We bring our substantive knowledge of criminal procedure rules to your case as part of our efforts to help you achieve the best possible outcome when you’ve been accused of criminal wrongdoing. If you are having a hearing or have been convicted of first degree murder, reach out to us now so we can start developing a strategy aimed at reducing the consequences of conviction.
When Is a Penalty Hearing for First Degree Murder Required?
According to N.R.S. 175.522, a penalty hearing for first degree murder is required in almost all cases in which a defendant has been found guilty of first degree murder. It is also required in cases where a defendant has been found guilty but mentally ill.
The hearing is required regardless of whether the prosecutor is seeking the death penalty and it must be conducted separately from the trial in which the jury determined the defendant’s guilt. However, if the death penalty is not being sought or is off the table because of the defendant’s mental illness, the parties can agree to waive the separate penalty hearing and allow a trial judge to impose a sentence on the defendant. The agreement has to be in writing, signed by the defendant, the prosecutor, and the defense attorney.
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When a hearing is not waived, there are specific requirements for when it takes place and who presides over it.
If a jury made the finding that the defendant was guilty, the penalty hearing has to be conducted in the same trial court and before the same jury. It has to be conducted as soon as possible.
If there was no jury because the defendant pled guilty or guilty but mentally ill, a jury has to be impaneled if the prosecutor is seeking the death penalty. A separate penalty hearing has to be conducted as soon as practical before the jury which was impaneled for purposes of the penalty hearing. If the death penalty is not being sought when a defendant pled guilty, then a penalty hearing has to be conducted as soon as possible before the judge who accepted the plea. No jury has to be impaneled under these circumstances.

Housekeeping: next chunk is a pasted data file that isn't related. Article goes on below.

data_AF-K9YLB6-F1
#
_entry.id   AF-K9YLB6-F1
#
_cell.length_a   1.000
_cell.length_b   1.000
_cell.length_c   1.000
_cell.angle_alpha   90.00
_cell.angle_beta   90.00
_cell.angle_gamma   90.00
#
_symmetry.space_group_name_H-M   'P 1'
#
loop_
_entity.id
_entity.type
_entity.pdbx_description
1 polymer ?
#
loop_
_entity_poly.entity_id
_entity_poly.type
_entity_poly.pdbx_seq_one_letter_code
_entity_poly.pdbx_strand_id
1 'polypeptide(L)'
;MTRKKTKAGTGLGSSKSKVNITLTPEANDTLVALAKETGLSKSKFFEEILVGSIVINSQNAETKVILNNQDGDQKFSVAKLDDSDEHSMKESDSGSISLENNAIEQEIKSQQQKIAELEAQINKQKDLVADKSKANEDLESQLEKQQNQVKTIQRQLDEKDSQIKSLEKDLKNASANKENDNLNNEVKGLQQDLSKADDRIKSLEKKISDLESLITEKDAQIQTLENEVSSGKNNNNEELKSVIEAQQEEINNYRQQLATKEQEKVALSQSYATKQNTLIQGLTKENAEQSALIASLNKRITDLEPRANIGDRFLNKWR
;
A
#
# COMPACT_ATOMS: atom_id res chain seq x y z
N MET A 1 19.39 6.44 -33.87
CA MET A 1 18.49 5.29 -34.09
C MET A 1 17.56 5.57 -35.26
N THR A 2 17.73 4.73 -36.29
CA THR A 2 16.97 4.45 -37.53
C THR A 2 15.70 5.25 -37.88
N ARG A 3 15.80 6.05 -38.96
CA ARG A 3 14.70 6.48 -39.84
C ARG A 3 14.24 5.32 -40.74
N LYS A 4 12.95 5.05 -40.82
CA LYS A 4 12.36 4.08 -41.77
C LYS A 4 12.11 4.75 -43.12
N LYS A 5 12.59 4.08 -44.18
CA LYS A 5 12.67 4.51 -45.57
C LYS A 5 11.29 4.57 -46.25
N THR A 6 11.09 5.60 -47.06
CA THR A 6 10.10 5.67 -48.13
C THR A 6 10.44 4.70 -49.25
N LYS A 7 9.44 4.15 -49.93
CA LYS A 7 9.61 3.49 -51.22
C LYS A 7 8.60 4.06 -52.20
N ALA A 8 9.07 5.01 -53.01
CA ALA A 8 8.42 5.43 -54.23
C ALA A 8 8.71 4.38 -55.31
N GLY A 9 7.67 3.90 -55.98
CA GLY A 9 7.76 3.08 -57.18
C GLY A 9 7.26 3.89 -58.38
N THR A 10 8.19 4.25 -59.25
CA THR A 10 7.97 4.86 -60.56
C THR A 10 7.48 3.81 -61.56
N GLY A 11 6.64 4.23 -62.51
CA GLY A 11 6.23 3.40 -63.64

What Happens During a Penalty Hearing for First Degree Murder?
When a penalty hearing takes place to determine sentencing after a first degree murder conviction, both the prosecution and defense can present evidence of mitigating and aggravating circumstances. Aggravating circumstances are things which make a defendant’s conduct seem worse, while mitigating circumstances make a defendant’s conduct seem better.
Evidence can also be presented on other matters the court deems relevant to sentencing, even if the evidence might not ordinarily be admissible during the phrase of the trial in which guilt or innocence is determined. An experienced Vegas defense lawyer can help defendants to determine how best to present evidence of mitigating circumstances which could result in a reduced sentence.
How a Las Vegas Defense Lawyer Can Help
If you’ve been arrested for first degree murder or convicted of this offense, you need to find a qualified Las Vegas criminal defense lawyer who can really fight hard to protect your future. Give LV Criminal Defense a call today to find out how our legal team can help you.